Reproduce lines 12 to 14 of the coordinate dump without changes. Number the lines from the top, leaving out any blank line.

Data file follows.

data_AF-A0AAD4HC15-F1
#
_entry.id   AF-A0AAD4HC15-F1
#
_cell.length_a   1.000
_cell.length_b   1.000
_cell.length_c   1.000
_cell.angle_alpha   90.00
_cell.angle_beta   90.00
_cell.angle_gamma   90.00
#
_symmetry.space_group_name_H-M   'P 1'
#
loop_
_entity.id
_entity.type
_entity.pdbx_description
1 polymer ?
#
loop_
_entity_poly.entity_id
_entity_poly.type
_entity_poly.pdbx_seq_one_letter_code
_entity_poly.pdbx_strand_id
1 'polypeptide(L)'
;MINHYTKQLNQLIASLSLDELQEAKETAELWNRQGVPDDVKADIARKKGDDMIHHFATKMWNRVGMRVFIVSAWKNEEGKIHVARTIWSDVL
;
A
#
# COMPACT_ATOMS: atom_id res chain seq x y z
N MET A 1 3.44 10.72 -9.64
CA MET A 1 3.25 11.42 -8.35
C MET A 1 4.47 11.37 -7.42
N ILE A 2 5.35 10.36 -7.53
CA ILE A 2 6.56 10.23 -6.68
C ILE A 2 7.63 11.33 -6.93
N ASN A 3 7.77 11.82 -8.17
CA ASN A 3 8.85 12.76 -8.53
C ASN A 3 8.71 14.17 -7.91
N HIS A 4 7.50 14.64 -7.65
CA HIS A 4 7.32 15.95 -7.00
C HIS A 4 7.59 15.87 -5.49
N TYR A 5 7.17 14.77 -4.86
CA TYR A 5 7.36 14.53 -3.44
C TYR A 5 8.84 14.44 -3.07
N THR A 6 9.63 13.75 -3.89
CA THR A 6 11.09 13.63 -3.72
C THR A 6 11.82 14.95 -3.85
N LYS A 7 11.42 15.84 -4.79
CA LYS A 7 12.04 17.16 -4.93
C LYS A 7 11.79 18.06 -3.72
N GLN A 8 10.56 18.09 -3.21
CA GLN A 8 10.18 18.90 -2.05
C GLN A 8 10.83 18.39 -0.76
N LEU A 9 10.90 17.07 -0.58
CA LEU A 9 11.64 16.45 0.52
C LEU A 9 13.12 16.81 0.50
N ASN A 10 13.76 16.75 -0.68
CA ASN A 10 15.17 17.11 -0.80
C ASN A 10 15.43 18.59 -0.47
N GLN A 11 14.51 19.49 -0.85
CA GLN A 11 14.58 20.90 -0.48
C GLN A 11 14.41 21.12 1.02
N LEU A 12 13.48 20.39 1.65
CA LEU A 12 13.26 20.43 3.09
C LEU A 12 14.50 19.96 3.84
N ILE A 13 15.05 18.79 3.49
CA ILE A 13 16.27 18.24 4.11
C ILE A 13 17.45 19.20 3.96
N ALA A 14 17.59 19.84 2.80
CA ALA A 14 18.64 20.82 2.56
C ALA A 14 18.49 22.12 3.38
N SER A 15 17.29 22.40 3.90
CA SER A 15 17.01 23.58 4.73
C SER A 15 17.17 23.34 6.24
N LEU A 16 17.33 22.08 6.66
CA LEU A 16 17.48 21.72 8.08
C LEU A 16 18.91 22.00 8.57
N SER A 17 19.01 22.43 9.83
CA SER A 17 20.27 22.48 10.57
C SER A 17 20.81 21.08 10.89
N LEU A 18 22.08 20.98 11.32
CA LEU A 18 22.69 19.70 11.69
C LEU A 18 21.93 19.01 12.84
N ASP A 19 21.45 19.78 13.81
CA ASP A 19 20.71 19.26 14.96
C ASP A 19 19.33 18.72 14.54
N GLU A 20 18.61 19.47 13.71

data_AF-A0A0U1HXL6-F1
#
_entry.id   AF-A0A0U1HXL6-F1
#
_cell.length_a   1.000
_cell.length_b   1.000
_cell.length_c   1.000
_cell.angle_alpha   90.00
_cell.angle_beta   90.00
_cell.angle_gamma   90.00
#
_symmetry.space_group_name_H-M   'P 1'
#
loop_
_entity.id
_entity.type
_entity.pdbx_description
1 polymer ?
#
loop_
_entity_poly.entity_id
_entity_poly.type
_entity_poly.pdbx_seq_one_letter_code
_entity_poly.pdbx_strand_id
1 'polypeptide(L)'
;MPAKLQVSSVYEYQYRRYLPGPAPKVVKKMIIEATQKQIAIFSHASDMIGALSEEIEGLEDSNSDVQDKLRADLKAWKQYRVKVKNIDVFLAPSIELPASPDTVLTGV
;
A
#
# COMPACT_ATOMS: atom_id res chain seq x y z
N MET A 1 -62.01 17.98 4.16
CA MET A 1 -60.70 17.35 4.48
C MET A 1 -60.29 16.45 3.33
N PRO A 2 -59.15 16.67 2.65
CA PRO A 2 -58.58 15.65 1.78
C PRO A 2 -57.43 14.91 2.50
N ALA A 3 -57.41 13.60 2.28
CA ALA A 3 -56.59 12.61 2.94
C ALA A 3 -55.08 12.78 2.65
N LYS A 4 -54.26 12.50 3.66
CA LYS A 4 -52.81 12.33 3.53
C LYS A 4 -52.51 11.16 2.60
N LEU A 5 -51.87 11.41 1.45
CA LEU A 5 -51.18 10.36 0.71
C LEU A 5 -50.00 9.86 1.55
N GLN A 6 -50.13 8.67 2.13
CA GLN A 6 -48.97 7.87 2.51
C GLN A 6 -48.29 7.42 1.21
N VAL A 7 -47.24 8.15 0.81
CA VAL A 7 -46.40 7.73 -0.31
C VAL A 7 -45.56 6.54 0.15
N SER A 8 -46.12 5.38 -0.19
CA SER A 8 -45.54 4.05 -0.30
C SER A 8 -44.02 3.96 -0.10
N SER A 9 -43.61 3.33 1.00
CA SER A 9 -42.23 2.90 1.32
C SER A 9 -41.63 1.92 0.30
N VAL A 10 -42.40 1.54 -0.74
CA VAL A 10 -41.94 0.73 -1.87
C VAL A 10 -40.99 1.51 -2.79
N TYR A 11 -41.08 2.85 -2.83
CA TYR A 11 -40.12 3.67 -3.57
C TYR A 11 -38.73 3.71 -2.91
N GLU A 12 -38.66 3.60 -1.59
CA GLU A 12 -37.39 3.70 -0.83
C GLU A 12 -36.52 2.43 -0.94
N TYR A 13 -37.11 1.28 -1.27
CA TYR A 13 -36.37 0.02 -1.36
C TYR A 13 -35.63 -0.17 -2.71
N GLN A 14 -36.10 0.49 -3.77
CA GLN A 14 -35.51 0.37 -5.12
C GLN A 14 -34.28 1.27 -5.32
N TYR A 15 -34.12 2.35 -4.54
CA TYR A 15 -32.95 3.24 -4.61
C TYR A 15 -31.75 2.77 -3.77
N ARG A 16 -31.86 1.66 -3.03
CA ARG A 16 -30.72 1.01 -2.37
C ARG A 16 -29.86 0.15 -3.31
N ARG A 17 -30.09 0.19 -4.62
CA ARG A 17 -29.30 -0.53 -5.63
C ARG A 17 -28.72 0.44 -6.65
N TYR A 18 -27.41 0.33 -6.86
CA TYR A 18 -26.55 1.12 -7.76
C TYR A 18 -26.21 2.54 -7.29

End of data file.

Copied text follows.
_symmetry.space_group_name_H-M   'P 1'
#
loop_